Doesn't the Stock Market Know the Economy is Bad
After a precipitous drop in February and March due to the Covid-19 pandemic, the stock market has rebounded sharply, even with the recent pullback. The rise in stocks appears out of sync with an economy mired in a recession. What's up?
Although counter-intuitive, it's important to remember that the stock market is not the economy. The stock market acts as a forward-looking mechanism based on expectations of future earnings. So while many economic indicators look bad and corporate earnings have taken a hit, it may be that investors are (naively?) optimistic about a relatively quick recovery.
The near-term outlook is opaque and reasons for concern remain, including the risk of a second wave of infections and the realization of the true cost of shutdowns. Here are some factors that may explain why the stock market has recovered nonetheless:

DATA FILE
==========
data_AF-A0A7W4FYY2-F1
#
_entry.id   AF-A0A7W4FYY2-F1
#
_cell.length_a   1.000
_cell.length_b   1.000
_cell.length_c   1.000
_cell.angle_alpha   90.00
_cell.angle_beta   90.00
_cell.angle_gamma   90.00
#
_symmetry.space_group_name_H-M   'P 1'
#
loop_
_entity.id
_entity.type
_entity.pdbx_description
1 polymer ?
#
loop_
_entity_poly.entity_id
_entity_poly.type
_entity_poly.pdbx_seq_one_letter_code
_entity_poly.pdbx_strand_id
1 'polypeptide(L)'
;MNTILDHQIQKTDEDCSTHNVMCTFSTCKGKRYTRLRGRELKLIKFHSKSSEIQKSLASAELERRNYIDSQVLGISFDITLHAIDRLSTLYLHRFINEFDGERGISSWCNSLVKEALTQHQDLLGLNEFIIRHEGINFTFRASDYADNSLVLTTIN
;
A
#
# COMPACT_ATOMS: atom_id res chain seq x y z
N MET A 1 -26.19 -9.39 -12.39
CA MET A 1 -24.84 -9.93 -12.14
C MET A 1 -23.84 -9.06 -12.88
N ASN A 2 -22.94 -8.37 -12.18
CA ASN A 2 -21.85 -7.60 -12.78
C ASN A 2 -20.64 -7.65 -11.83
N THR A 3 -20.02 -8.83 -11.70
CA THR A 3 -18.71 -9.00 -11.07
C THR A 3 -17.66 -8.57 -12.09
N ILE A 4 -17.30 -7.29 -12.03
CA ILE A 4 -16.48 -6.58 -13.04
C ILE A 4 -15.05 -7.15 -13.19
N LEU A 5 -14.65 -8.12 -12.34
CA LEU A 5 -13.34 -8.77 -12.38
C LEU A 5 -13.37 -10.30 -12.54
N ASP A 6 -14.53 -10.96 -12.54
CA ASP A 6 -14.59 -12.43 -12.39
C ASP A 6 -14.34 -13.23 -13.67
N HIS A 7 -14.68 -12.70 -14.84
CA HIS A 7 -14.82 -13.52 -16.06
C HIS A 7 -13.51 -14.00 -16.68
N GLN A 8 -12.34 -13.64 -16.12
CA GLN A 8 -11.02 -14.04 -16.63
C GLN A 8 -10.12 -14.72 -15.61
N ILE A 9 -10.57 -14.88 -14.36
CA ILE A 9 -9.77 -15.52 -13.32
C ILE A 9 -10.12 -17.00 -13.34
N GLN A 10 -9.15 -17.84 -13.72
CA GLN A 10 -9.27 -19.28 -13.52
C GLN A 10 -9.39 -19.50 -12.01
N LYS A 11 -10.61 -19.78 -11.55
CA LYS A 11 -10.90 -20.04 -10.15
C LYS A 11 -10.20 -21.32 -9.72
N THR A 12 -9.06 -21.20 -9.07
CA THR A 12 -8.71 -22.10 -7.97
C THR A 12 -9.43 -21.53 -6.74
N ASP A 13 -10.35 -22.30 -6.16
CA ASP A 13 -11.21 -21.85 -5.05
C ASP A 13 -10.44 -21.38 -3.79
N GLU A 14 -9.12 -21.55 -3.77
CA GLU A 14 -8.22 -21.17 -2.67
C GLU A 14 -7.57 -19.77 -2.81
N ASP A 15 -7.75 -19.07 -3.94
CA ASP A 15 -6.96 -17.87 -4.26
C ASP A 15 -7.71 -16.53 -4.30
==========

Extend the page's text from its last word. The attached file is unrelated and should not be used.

- The U.S. economy was pretty healthy pre-pandemic
- The Federal Reserve and Congress have pumped historic levels of money into the economy
- Further government stimulus may occur
- Bonds offer extraordinarily low interest rates, making stocks a more appealing alternative
- When the stock market dropped in the spring, stock prices looked more attractive (i.e., buy low)
- Investors are being very forward-looking and taking a long-term perspective beyond the current malaise
- Markets can exhibit a crowd mentality both as to the downside and the upside
- The hope that a vaccine will be discovered relatively soon
The market has once again shown that it can defy the obvious. Or, at least, what seems obvious.
Words of Wisdom
It's not what we don't know that hurts, it's what we know that ain't so. -- Will Rogers